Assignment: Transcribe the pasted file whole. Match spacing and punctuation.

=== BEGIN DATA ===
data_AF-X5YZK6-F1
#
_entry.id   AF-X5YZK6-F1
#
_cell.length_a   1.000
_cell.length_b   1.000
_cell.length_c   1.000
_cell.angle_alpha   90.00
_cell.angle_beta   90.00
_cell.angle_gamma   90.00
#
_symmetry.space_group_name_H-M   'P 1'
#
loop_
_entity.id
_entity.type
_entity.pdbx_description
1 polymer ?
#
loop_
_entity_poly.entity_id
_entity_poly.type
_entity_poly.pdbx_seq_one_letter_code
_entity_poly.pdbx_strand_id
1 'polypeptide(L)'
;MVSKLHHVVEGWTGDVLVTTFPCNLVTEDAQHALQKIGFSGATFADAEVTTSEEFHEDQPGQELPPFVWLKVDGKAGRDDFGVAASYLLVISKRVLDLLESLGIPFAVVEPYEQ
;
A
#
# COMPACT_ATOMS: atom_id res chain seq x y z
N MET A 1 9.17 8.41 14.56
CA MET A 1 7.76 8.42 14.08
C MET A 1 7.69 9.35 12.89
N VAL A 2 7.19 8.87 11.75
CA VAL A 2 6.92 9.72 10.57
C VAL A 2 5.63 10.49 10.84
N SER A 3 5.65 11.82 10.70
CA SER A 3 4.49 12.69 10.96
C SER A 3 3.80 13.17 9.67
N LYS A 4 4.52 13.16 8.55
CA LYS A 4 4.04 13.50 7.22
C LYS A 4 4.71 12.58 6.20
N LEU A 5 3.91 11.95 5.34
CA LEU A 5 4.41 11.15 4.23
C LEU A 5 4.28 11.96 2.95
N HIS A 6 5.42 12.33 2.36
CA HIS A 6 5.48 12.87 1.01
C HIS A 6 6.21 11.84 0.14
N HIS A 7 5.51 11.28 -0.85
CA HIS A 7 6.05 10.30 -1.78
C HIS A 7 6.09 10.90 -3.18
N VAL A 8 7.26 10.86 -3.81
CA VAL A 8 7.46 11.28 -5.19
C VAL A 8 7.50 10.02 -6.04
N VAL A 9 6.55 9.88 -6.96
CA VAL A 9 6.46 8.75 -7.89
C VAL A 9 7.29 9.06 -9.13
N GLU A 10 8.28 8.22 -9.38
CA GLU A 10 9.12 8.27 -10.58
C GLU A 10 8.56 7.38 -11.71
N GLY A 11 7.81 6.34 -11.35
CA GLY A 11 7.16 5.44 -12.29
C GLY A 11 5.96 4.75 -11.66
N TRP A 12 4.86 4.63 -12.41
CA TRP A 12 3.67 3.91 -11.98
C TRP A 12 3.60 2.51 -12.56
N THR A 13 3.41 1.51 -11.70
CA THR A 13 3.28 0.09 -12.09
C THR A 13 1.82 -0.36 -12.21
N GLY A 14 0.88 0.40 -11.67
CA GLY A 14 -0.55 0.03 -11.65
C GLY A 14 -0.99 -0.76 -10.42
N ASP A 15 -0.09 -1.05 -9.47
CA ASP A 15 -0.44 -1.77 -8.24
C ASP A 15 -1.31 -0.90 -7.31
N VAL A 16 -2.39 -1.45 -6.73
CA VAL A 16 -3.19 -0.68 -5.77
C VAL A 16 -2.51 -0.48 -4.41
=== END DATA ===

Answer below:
data_AF-X5YZK6-F1
#
_entry.id   AF-X5YZK6-F1
#
_cell.length_a   1.000
_cell.length_b   1.000
_cell.length_c   1.000
_cell.angle_alpha   90.00
_cell.angle_beta   90.00
_cell.angle_gamma   90.00
#
_symmetry.space_group_name_H-M   'P 1'
#
loop_
_entity.id
_entity.type
_entity.pdbx_description
1 polymer ?
#
loop_
_entity_poly.entity_id
_entity_poly.type
_entity_poly.pdbx_seq_one_letter_code
_entity_poly.pdbx_strand_id
1 'polypeptide(L)'
;MVSKLHHVVEGWTGDVLVTTFPCNLVTEDAQHALQKIGFSGATFADAEVTTSEEFHEDQPGQELPPFVWLKVDGKAGRDDFGVAASYLLVISKRVLDLLESLGIPFAVVEPYEQ
;
A
#
# COMPACT_ATOMS: atom_id res chain seq x y z
N MET A 1 9.17 8.41 14.56
CA MET A 1 7.76 8.42 14.08
C MET A 1 7.69 9.35 12.89
N VAL A 2 7.19 8.87 11.75
CA VAL A 2 6.92 9.72 10.57
C VAL A 2 5.63 10.49 10.84
N SER A 3 5.65 11.82 10.70
CA SER A 3 4.49 12.69 10.96
C SER A 3 3.80 13.17 9.67
N LYS A 4 4.52 13.16 8.55
CA LYS A 4 4.04 13.50 7.22
C LYS A 4 4.71 12.58 6.20
N LEU A 5 3.91 11.95 5.34
CA LEU A 5 4.41 11.15 4.23
C LEU A 5 4.28 11.96 2.95
N HIS A 6 5.42 12.33 2.36
CA HIS A 6 5.48 12.87 1.01
C HIS A 6 6.21 11.84 0.14
N HIS A 7 5.51 11.28 -0.85
CA HIS A 7 6.05 10.30 -1.78
C HIS A 7 6.09 10.90 -3.18
N VAL A 8 7.26 10.86 -3.81
CA VAL A 8 7.46 11.28 -5.19
C VAL A 8 7.50 10.02 -6.04
N VAL A 9 6.55 9.88 -6.96
CA VAL A 9 6.46 8.75 -7.89
C VAL A 9 7.29 9.06 -9.13
N GLU A 10 8.28 8.22 -9.38
CA GLU A 10 9.12 8.27 -10.58
C GLU A 10 8.56 7.38 -11.71
N GLY A 11 7.81 6.34 -11.35
CA GLY A 11 7.16 5.44 -12.29
C GLY A 11 5.96 4.75 -11.66
N TRP A 12 4.86 4.63 -12.41
CA TRP A 12 3.67 3.91 -11.98
C TRP A 12 3.60 2.51 -12.56
N THR A 13 3.41 1.51 -11.70
CA THR A 13 3.28 0.09 -12.09
C THR A 13 1.82 -0.36 -12.21
N GLY A 14 0.88 0.40 -11.67
CA GLY A 14 -0.55 0.03 -11.65
C GLY A 14 -0.99 -0.76 -10.42
N ASP A 15 -0.09 -1.05 -9.47
CA ASP A 15 -0.44 -1.77 -8.24
C ASP A 15 -1.31 -0.90 -7.31
N VAL A 16 -2.39 -1.45 -6.73
CA VAL A 16 -3.19 -0.68 -5.77
C VAL A 16 -2.51 -0.48 -4.41